Has Your Home Increased In Value Like This One?
A home built for £1,000 60 years could now fetch £350k.
IT is a fine example of the long-term value of good old bricks and mortar.
Rhys Probert and his wife Audrey have just had their home valued – at 2,800 times what they originally paid for the land it is built on 60 years ago.
Postman Rhys was just 22 when he bought a plot for £125 in a country village to make a home to share with his bride-to-be.
But he only had enough money to build a humble one-bedroom bungalow.
Over the years the pair worked night and day to create their own special place, adding extensions, a conservatory and even a swimming pool as they brought up their children.
The delighted Proberts have now been told that the property could fetch up to £350,000 if they chose to move on.
Rhys said: “We have come an awful long way from the home we first built.
“We had no carpets, no central heating, we had quarry tiles on the floor that were cold as ice. There was a tiny kitchen and bathroom and one bedroom.
The whole house was probably just 76 square yards.
“Then as we got more established in our jobs and as we settled down to have children we slowly started to expand.”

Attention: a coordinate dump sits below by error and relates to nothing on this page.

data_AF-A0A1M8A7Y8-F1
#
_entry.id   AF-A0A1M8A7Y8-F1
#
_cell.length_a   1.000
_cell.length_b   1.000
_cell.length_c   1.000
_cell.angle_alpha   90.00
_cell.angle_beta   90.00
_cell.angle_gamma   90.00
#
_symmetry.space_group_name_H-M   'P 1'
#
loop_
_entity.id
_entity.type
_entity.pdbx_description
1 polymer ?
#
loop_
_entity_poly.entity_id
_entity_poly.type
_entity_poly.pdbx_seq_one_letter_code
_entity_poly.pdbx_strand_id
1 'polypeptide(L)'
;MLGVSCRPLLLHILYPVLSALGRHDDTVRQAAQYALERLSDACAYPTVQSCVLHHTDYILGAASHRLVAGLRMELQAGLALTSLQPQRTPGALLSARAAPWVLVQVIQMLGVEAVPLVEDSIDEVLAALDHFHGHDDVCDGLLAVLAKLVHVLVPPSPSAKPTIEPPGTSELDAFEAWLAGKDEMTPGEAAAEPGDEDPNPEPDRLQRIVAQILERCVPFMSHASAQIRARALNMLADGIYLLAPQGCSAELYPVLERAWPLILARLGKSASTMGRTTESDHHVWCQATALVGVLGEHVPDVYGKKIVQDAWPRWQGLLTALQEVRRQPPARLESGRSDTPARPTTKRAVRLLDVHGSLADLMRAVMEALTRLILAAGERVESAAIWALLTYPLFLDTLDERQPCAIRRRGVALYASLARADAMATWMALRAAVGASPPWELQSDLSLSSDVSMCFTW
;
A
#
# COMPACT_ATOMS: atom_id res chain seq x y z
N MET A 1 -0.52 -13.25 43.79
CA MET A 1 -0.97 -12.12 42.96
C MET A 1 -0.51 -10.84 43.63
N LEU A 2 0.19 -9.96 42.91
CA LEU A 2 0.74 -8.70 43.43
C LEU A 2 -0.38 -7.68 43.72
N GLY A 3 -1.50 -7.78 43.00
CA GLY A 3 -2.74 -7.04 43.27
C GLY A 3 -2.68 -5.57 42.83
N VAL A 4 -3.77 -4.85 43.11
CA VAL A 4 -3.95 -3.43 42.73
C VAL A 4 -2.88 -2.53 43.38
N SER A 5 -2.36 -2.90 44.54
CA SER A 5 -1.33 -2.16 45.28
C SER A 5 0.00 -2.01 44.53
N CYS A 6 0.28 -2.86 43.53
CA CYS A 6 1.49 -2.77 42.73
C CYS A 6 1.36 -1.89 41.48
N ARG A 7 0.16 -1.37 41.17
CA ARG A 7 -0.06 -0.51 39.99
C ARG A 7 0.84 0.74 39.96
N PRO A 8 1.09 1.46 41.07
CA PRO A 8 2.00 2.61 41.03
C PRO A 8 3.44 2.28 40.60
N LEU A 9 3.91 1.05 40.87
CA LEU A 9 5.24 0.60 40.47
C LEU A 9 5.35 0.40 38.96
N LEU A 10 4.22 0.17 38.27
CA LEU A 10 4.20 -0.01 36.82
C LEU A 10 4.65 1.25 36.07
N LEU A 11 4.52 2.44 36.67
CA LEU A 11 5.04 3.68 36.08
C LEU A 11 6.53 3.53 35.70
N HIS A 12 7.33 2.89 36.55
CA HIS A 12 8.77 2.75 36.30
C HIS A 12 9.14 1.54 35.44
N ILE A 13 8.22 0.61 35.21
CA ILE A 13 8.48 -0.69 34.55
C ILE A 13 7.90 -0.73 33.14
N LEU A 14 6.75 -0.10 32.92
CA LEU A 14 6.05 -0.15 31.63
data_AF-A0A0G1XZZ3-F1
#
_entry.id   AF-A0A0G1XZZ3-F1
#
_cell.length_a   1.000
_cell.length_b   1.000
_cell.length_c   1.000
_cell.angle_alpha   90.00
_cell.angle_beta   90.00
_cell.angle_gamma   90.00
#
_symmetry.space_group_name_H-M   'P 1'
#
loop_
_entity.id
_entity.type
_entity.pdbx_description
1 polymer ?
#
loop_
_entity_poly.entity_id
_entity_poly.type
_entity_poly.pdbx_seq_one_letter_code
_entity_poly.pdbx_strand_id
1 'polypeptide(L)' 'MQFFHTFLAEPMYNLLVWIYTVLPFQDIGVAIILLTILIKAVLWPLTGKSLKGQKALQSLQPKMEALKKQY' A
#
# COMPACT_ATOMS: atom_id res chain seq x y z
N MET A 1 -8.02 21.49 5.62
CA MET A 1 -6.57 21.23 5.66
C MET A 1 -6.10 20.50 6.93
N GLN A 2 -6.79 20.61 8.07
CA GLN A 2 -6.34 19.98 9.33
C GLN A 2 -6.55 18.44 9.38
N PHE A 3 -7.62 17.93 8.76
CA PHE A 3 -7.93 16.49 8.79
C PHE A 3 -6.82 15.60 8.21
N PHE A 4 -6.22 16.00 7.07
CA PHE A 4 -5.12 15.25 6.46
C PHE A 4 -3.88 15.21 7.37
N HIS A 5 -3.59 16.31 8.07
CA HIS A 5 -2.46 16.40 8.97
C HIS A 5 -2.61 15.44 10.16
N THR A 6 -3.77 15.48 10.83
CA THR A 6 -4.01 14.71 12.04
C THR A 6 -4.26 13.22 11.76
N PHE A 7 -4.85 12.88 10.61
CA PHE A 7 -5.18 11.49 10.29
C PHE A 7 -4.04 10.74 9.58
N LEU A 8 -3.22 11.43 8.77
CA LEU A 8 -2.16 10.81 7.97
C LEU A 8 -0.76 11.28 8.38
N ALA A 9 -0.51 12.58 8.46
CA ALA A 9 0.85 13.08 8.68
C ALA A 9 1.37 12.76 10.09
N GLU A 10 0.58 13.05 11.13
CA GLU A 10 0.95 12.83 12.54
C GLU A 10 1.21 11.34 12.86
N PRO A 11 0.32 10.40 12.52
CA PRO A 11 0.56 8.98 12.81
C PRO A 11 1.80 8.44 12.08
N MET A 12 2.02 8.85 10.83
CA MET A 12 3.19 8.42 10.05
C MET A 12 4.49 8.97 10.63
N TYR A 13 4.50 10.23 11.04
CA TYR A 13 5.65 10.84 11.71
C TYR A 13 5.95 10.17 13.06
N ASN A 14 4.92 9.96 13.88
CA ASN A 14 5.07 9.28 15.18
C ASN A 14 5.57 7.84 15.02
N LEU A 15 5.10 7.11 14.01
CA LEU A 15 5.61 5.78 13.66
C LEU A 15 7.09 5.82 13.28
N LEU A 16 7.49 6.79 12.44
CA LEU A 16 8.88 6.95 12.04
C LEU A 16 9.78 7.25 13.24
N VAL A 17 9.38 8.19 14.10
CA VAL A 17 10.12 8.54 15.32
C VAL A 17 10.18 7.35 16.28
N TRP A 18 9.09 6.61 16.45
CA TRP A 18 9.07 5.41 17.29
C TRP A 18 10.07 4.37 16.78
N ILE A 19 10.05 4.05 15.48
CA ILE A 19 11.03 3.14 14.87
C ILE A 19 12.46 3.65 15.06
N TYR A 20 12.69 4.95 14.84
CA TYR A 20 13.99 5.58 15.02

Now their home is a three-bedroom, 285-square yard property with two bathrooms.
Grandmother-of-four Audrey, 80, said: “All those years ago it cost us £1,000 in building materials and labour to put the house up in its original state.
“That was a lot of money then but it wouldn’t get you much today.”
They began extending to make room for their first child in 1962, and by 1969 they had added an outdoor pool.
Audrey and Rhys sold part of their land to reduce their workload in the garden and free up some finances so they could travel after their children had left home.
Audrey said: “It really is the house that love built.
“We have spent 60 happy years making memories in this house and will stay here until the end of our days.”
In today’s prices, the £125 the couple first spent is equivalent to £3,000. Average weekly wages in Britain at the time were just under £10 a week.